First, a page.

‘These are needed services:’ Benton County commissioners to secure second building for mental health facility

BENTON COUNTY, Wash. — Benton County commissioners are searching for a second building to lease as part of the proposed behavioral health treatment center set in Kennewick.

Originally, the county was preparing to turn the former Kennewick General Hospital building, also known as the Trios Auburn Campus, on Auburn St. into a one-stop shop for mental health and drug recovery.

While officials did vote to purchase the building for $1.6 million dollars last Friday, a deal-breaker formed between the county and the owners of the KGH property in regards to the length of time one could stay and receive help.

“The property comes with restrictions, as a condition of the sale, that will limit what the County can and cannot do with the property, including what services can be provided there. This means some functions may not end up at this facility but that other necessary services will,” a news release said.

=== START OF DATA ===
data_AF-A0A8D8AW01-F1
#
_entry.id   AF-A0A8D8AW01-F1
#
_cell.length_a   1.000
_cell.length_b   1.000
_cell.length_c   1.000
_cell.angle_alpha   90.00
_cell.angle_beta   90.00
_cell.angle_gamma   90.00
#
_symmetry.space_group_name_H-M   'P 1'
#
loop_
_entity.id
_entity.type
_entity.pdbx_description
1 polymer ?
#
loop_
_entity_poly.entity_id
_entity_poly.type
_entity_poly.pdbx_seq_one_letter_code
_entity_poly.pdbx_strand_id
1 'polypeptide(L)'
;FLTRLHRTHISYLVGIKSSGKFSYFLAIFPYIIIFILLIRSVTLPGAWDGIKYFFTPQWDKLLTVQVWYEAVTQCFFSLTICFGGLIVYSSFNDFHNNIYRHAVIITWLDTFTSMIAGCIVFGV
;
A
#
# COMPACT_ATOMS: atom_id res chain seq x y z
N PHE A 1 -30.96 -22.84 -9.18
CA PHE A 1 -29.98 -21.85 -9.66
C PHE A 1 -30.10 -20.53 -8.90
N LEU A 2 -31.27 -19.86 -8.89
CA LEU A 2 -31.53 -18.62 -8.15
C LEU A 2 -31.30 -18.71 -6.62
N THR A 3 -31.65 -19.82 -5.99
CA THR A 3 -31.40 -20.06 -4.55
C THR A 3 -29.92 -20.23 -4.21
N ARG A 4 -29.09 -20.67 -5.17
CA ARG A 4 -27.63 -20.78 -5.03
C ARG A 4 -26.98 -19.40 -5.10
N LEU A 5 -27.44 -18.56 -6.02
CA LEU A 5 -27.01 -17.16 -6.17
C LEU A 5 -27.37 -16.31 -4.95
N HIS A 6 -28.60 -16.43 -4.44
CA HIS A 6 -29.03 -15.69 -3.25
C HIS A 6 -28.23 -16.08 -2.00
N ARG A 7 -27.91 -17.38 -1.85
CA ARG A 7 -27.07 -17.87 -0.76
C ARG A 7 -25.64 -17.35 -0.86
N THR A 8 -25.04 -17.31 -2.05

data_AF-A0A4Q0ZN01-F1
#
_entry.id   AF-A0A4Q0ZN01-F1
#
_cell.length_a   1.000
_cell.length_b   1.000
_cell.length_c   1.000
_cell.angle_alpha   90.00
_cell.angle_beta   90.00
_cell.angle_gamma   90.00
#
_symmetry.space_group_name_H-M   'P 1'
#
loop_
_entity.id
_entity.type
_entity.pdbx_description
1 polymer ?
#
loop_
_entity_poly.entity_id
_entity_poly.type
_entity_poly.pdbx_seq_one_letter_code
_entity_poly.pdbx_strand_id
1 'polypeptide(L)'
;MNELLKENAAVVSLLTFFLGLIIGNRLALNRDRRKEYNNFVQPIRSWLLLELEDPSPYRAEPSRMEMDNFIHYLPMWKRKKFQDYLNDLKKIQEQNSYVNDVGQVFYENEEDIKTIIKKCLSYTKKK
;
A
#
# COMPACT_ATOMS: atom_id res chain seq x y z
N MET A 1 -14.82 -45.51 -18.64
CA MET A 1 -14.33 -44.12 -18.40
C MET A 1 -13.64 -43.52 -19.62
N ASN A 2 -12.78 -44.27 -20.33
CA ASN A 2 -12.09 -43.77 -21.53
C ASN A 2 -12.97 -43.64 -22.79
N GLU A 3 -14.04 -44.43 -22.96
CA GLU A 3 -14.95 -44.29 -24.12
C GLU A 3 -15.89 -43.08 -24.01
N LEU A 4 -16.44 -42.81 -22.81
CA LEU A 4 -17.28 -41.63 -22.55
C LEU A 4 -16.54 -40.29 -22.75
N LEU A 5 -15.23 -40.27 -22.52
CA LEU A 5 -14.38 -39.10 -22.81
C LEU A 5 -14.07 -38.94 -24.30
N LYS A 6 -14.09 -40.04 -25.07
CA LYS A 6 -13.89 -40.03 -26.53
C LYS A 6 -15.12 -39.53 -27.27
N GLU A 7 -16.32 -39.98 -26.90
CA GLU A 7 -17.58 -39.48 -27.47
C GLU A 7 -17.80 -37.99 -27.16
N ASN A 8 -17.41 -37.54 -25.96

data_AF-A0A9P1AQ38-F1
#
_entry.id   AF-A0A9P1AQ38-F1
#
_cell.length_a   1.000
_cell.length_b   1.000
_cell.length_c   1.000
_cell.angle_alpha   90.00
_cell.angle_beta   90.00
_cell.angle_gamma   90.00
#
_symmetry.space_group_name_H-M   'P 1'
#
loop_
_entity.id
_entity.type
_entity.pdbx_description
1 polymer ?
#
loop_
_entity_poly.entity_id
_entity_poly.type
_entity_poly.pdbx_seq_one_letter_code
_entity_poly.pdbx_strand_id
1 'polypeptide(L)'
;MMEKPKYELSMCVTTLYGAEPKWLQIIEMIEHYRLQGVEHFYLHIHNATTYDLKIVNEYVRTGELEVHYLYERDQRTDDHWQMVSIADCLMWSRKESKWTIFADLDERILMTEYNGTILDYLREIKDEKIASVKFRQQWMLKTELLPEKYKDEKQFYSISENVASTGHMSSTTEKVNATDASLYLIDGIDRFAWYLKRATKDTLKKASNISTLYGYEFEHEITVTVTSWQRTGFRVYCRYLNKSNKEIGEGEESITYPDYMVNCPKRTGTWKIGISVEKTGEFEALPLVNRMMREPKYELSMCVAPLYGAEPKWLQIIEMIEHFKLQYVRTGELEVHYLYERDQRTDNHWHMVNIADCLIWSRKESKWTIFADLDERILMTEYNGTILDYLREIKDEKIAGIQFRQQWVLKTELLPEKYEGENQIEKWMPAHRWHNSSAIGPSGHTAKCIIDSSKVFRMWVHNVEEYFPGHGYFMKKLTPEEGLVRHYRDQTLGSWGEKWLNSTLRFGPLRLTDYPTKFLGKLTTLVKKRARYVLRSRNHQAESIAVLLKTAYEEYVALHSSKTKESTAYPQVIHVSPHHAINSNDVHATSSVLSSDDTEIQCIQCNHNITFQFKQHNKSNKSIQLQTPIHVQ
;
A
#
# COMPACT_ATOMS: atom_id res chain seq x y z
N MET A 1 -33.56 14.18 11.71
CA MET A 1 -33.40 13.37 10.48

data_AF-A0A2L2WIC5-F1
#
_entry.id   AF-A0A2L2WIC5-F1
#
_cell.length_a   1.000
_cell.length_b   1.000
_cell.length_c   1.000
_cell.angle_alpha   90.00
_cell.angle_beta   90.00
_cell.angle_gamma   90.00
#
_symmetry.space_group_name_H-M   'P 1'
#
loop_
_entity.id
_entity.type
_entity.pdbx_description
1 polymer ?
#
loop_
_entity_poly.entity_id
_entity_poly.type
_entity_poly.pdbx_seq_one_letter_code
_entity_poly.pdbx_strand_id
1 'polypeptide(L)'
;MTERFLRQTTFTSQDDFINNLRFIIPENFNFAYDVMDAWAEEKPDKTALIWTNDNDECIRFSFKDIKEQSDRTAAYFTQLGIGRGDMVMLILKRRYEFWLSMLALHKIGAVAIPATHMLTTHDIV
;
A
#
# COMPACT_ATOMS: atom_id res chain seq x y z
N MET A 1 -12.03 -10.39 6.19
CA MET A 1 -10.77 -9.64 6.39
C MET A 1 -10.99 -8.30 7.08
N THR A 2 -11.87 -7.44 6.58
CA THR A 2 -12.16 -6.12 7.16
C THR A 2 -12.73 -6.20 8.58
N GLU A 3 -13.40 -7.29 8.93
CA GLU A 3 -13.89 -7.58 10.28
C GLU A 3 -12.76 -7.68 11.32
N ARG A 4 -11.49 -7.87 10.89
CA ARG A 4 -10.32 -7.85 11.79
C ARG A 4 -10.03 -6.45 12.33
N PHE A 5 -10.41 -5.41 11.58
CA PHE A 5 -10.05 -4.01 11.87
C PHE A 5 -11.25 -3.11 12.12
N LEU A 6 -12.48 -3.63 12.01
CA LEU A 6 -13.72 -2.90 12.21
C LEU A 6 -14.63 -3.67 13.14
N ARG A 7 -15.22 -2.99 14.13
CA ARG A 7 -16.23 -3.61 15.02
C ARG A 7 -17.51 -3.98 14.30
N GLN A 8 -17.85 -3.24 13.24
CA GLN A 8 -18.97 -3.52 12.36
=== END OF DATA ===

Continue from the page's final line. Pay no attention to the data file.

Jerome Delvin, a Benton County commissioner, said they are planning to “use that campus for other uses like adolescent care that’s badly needed in this area plus some transitional housing.”

The second building that officials are working on securing a lease for would serve as the crisis recovery center.

“We’ve amassed a little over I think close to $12 million dollars from grants, state monies, federal monies, and our own money, so we’ll be able to pay cash for the renovation of the new building,” Delvin said. “We’re not having to raise taxes, we’re not having to ask the taxpayers for more.”

He added that the center is something that is greatly needed for the Tri-Cities community as “people are having to leave the area to get treatment and that’s not good.”

“It’s just that these are needed services and we haven’t had any,” Delvin said.

Officials said their goal is to create a “No Wrong Door” facility for “persons experiencing mental health or substance use crisis.”

“You show up with someone, that person is accepted in, no matter if they’re combative. Staff is trained to deal with all kinds of issues,” Delvin said.

Currently, officials are hoping the center will be ready no later than 2025.

Delvin said the second lease deal could be closed as early as the end of the week, in which construction for the center could then begin.


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